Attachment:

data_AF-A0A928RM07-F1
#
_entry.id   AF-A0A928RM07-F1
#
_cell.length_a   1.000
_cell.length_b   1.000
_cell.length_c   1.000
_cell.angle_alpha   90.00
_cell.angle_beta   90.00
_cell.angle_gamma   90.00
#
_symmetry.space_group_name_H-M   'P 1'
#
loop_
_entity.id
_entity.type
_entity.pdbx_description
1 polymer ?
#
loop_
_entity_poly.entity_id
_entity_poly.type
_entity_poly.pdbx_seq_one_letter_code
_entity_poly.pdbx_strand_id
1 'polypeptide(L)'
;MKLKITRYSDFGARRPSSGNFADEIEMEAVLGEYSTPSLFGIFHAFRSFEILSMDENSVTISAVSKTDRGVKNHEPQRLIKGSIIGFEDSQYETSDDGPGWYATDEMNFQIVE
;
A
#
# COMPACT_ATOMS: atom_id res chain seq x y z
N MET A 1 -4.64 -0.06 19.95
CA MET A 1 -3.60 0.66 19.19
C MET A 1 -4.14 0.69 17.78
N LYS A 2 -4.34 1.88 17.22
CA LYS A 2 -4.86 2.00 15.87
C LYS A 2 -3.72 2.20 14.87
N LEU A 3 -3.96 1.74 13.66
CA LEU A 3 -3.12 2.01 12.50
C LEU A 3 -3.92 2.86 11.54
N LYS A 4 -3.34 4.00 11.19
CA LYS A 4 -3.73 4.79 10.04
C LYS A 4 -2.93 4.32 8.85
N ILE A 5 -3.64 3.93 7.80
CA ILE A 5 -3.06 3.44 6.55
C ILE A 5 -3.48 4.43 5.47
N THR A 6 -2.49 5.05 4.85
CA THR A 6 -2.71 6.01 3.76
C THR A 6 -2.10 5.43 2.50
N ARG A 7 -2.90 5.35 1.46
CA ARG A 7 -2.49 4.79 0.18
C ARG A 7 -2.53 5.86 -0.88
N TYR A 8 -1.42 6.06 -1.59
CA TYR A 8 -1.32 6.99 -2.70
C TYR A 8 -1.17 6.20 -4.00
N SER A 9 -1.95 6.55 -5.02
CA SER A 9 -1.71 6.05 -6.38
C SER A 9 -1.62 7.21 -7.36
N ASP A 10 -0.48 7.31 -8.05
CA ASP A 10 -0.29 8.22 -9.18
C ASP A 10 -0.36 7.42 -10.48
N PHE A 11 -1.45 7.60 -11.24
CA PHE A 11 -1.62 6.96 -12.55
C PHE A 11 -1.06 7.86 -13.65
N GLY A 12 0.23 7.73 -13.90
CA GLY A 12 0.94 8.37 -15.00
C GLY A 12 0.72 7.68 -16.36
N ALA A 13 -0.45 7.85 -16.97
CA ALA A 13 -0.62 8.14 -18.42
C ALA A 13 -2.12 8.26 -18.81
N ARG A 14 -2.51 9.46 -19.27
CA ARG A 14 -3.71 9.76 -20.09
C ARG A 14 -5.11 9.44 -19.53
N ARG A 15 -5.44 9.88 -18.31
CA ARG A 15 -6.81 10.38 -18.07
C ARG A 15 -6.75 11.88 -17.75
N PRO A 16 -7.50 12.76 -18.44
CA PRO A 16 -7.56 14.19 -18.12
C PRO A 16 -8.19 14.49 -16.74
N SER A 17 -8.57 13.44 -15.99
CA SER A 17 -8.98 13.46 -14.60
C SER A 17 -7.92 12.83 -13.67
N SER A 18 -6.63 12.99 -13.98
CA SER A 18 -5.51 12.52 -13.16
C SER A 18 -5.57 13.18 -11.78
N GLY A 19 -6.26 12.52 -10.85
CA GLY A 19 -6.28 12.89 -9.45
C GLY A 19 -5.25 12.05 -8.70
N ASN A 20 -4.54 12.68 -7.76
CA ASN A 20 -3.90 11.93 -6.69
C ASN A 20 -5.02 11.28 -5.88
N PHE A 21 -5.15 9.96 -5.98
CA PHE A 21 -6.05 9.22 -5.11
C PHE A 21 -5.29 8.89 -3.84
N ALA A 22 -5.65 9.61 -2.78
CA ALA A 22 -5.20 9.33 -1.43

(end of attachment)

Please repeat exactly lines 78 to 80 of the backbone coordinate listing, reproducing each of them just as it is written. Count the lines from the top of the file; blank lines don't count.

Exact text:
C PRO A 16 -8.19 14.49 -16.74
N SER A 17 -8.57 13.44 -15.99
CA SER A 17 -8.98 13.46 -14.60